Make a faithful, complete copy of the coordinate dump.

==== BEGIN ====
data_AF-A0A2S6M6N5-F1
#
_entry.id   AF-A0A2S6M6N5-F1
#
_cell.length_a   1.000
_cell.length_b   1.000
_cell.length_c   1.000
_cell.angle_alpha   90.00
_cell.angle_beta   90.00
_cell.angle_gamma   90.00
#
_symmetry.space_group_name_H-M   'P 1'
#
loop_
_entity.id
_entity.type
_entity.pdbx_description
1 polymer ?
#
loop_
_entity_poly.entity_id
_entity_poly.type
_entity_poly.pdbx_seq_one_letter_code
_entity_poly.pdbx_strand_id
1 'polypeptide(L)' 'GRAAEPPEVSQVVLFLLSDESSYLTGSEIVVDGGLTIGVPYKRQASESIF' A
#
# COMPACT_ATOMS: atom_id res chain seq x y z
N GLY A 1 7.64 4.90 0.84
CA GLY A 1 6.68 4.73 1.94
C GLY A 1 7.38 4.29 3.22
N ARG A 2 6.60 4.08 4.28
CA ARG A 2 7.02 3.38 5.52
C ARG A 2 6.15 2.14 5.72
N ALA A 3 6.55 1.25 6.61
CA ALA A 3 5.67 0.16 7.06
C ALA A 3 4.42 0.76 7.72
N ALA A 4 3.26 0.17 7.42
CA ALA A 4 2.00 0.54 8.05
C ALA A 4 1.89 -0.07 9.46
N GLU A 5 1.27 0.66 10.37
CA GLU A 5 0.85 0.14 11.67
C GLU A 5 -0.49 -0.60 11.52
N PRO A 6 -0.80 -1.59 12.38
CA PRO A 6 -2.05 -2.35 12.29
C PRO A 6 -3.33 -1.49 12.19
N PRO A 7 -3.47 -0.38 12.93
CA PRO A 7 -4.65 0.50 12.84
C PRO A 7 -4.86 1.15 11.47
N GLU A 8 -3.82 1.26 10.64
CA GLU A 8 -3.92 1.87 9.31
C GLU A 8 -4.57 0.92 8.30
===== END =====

data_AF-A0A2S6M6N5-F1
#
_entry.id   AF-A0A2S6M6N5-F1
#
_cell.length_a   1.000
_cell.length_b   1.000
_cell.length_c   1.000
_cell.angle_alpha   90.00
_cell.angle_beta   90.00
_cell.angle_gamma   90.00
#
_symmetry.space_group_name_H-M   'P 1'
#
loop_
_entity.id
_entity.type
_entity.pdbx_description
1 polymer ?
#
loop_
_entity_poly.entity_id
_entity_poly.type
_entity_poly.pdbx_seq_one_letter_code
_entity_poly.pdbx_strand_id
1 'polypeptide(L)' 'GRAAEPPEVSQVVLFLLSDESSYLTGSEIVVDGGLTIGVPYKRQASESIF' A
#
# COMPACT_ATOMS: atom_id res chain seq x y z
N GLY A 1 7.64 4.90 0.84
CA GLY A 1 6.68 4.73 1.94
C GLY A 1 7.38 4.29 3.22
N ARG A 2 6.60 4.08 4.28
CA ARG A 2 7.02 3.38 5.52
C ARG A 2 6.15 2.14 5.72
N ALA A 3 6.55 1.25 6.61
CA ALA A 3 5.67 0.16 7.06
C ALA A 3 4.42 0.76 7.72
N ALA A 4 3.26 0.17 7.42
CA ALA A 4 2.00 0.54 8.05
C ALA A 4 1.89 -0.07 9.46
N GLU A 5 1.27 0.66 10.37
CA GLU A 5 0.85 0.14 11.67
C GLU A 5 -0.49 -0.60 11.52
N PRO A 6 -0.80 -1.59 12.38
CA PRO A 6 -2.05 -2.35 12.29
C PRO A 6 -3.33 -1.49 12.19
N PRO A 7 -3.47 -0.38 12.93
CA PRO A 7 -4.65 0.50 12.84
C PRO A 7 -4.86 1.15 11.47
N GLU A 8 -3.82 1.26 10.64
CA GLU A 8 -3.92 1.87 9.31
C GLU A 8 -4.57 0.92 8.30